Phase III was a true "Closer by Situation." From August 25 through about September 13, it was an almost purely balanced end game approach based on Hermanson, Marte and Bobby Jenks. Jenks had moved up from lower pressure situations. After the 13th, it was mostly Jenks closing out games. Guillen managed to use the strengths of all three while nursing the weaknesses of each (Hermanson's fragile back, Marte's late season inability to smoke lefties, Jenks' relative lack of experirence under pressure), and when Jenks seemed to emerge without a weakness, Guillen decisively gave the youngster a couple of weeks to hone his approach before the playoffs.

Having already changed their approach twice during the regular season, it shouldn't have been a surprise Williams and Guillen shook up their pitching application design again for the playoffs and Series. While advance scouting might have prepared opponents for the Closer By Situation, Guillen closed games with Jenks the way he had for the last couple weeks of the season. Besides the Double Wide Trailer of Infinite Doom, only Mark Buehrle got a relief appearance designed to finish off a game, and that only once.

The White Sox application of Clean 9ths is a little differnt from the other two teams I used in the core sample. You can see this in the following tables. They show the number of appearances pitchers who started Clean 9ths got in several situations: in games the team was well behind (represented as <= -3), games that were winnable but not save situations (-2, -1, 0), basic save situations (+1, +2, +3) & finally, big leads (>= +4).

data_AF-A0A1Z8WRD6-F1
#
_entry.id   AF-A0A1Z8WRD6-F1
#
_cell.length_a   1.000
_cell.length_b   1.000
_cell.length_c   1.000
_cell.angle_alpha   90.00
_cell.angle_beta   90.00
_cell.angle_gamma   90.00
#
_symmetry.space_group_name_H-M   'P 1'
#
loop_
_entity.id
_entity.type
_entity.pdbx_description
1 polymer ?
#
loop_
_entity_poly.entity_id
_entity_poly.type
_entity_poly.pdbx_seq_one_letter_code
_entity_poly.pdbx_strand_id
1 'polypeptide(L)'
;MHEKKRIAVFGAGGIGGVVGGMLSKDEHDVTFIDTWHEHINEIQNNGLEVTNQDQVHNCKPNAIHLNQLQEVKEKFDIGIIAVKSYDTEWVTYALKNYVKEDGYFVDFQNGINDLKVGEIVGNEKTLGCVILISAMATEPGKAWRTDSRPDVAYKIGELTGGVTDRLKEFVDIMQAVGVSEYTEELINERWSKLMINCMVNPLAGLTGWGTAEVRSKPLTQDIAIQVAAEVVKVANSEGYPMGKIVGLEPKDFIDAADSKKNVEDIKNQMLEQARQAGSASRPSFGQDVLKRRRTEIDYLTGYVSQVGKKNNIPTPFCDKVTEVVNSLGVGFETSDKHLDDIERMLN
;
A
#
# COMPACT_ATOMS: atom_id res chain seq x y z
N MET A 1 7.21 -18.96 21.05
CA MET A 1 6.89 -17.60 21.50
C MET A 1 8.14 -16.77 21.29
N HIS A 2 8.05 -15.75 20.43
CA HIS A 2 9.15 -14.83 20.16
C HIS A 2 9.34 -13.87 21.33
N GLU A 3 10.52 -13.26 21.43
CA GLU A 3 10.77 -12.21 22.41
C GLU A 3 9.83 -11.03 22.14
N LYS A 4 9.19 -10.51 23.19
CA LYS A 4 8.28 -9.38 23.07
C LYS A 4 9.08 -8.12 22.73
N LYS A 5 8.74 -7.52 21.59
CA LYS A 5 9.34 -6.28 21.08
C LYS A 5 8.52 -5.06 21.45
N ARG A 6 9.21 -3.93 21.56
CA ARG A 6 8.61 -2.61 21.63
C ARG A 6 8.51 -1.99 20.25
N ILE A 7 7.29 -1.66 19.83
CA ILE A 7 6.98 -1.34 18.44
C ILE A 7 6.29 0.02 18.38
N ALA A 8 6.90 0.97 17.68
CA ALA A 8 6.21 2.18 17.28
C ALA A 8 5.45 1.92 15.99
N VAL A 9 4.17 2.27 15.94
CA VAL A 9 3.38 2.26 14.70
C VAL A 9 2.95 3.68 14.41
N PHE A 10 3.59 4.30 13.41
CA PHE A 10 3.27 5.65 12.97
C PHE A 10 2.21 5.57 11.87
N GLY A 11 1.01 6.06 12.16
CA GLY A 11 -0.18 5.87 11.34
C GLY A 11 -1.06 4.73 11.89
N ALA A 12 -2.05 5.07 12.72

Clean 9ths - Cardinals

              DERA     WXL    OOPS   <= -3    -2, -1, 0   +1, +2, +3   >= +4
Isringhausen  2.53    2.50    .581     1        4           39 (93%)     7
King          4.15   -1.52    .813     3        3            1           3
Tavarez       4.14    1.37    .754     2        5            2           4
Al. Reyes     2.52    2.27    .546              1                        4
Flores        4.96     .55    .695              1                        3
Eldred        2.60     .64    .700     2        2                        3
Thompson      3.93    1.26    .634                                       1

Clean 9ths - Mariners

              DERA     WXL    OOPS   <= -3    -2, -1, 0   +1, +2, +3    >= +4
Guardado      3.71    1.39    .669     1        2           40 (95%)      9
Putz          4.05     .06    .706     3        3            1            2
Nelson        4.17    -.64    .690     2        1                         2
Villone       3.20    -.68    .658     2        2                         1
Sherrill      5.56     .81    .631              2            1
Mateo         3.33     .68    .694
Hasegawa      4.18    -.31    .658     2                                  2
Thornton      5.13    -.70    .794     6        1                         1

Clean 9ths -Chisox

              DERA     WXL    OOPS   <= -3    -2, -1, 0   +1, +2, +3    >= +4
Hermanson     2.86    2.61    .634              4           25 (57%)      2
Marte         4.14     .50    .789     1        5            6            2
Jenks         3.48     .90    .649              1            3            5
Takatsu       2.58     .39    .901              1            8            1